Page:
This is 64QAM as it would be seen on a piece of test equipment.  Each of those dots represents a transmission and their random looking appearance (spread out and not just a dot) is from the introduction of noise in the channel.  If it were pure phase noise each of those would be short arc centered on the origin (0,0) in the graph with the points farthest into the corners being the longest arcs.  These look to be amplitude noise and not phase noise. 

There are subtle changes to the constellations that affect not just the number of constellation points but also the trajectories that the signal takes to get between them.  Below is a math simulation of a differential 8-phase shift keying (D8PSK), which has become widely adopted in the aviation world.  In one application, data at 31.5 KBPS is used in a 16 kHz wide AM channel previously used for voice, which has a 6 kHz bandwidth.


As I’ve been saying in almost every post, physics doesn’t allow something for nothing.  Perhaps in your wanderings around the ‘net you’ve come across the concept that information is proportional to bandwidth.  Simply, the more information you’re sending in the same amount of time, the more bandwidth the signal takes.  I bet you know this even if you’ve never seen it stated online.  Voice channels take up more bandwidth than on-off keying; video takes up more bandwidth than voice.  Lower data rates take less bandwidth than higher data rates.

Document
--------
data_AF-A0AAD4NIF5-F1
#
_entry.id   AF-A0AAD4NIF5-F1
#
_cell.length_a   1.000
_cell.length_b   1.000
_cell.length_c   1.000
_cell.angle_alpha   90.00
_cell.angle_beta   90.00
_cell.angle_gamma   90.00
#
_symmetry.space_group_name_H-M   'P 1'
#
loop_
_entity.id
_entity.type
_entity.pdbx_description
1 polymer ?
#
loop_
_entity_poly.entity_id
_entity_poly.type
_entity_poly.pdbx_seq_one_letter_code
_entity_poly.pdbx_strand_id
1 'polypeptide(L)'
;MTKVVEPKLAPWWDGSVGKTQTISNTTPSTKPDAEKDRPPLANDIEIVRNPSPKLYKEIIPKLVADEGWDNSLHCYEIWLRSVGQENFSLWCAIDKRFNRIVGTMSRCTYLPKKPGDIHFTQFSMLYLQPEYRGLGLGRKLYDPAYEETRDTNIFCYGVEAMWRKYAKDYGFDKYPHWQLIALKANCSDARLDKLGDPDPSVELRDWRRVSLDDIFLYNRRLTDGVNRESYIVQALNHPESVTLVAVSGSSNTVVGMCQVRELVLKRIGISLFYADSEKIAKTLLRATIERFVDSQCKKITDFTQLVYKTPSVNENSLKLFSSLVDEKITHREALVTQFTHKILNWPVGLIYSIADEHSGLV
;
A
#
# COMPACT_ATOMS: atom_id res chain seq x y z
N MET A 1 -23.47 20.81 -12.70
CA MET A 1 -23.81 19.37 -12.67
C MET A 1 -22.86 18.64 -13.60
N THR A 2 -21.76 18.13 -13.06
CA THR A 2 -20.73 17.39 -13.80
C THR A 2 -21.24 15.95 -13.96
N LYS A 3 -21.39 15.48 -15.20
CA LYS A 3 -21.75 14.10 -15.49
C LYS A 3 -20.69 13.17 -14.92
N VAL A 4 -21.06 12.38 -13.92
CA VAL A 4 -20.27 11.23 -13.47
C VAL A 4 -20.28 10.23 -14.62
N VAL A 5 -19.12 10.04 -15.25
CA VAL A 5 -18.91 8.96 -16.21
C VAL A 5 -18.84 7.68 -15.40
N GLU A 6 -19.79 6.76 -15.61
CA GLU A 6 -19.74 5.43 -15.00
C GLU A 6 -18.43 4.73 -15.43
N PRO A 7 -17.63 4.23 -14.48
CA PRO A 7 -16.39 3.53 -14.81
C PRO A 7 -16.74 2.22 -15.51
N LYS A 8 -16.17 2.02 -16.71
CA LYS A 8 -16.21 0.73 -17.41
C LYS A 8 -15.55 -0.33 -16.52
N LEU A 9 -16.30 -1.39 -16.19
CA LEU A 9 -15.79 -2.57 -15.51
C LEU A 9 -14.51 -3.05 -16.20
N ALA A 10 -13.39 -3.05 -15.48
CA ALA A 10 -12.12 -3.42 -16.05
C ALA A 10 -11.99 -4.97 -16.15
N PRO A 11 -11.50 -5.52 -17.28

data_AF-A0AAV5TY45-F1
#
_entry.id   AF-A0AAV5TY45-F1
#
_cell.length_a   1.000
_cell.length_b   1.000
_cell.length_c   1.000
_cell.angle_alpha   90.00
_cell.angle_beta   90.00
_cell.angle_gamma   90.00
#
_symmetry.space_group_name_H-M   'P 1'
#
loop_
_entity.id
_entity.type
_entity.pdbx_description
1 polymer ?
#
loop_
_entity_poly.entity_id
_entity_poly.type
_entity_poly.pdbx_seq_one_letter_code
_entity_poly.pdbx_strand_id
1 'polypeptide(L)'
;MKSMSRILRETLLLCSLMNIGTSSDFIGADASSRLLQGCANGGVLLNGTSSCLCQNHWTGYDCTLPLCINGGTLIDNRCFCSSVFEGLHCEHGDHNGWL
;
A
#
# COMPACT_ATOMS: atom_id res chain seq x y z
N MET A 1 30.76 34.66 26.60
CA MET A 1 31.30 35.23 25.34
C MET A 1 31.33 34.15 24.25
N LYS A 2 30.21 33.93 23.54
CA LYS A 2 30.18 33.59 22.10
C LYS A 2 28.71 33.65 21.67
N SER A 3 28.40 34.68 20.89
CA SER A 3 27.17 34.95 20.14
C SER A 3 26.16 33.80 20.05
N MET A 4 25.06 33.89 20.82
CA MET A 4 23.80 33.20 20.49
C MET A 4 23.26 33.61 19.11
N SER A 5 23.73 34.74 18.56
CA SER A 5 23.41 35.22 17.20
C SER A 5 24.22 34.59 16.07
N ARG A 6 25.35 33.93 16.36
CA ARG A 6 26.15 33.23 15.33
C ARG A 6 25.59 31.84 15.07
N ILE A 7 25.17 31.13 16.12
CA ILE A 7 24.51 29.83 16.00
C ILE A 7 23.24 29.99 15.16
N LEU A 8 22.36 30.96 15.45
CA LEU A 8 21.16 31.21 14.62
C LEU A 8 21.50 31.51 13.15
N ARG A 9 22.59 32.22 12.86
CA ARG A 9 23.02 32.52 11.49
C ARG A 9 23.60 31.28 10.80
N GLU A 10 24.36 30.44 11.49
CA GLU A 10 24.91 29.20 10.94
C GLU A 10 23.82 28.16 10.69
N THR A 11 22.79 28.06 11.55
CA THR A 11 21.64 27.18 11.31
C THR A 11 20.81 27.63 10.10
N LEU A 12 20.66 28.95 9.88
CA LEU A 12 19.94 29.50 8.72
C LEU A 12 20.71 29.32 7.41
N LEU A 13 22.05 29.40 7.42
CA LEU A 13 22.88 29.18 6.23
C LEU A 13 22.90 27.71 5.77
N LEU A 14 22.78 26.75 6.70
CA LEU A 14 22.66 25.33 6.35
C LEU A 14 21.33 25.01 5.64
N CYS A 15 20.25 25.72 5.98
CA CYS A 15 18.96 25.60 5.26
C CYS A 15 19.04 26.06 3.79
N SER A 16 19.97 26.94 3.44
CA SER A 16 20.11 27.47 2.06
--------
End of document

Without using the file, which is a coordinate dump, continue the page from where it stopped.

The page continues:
The trade between the modulation types is that they convey more information in the same bandwidth, but require higher amplitudes for the same bit error rate.  That means more signal power at the receiver, so transmit powers may have to be higher and marginal signal strength might not work.  The complexity (read that as cost) of the transmitter and receiver go up.  For that cost, the D8PSK signal provides more digital data in the transmit bandwidth than plain AM voice.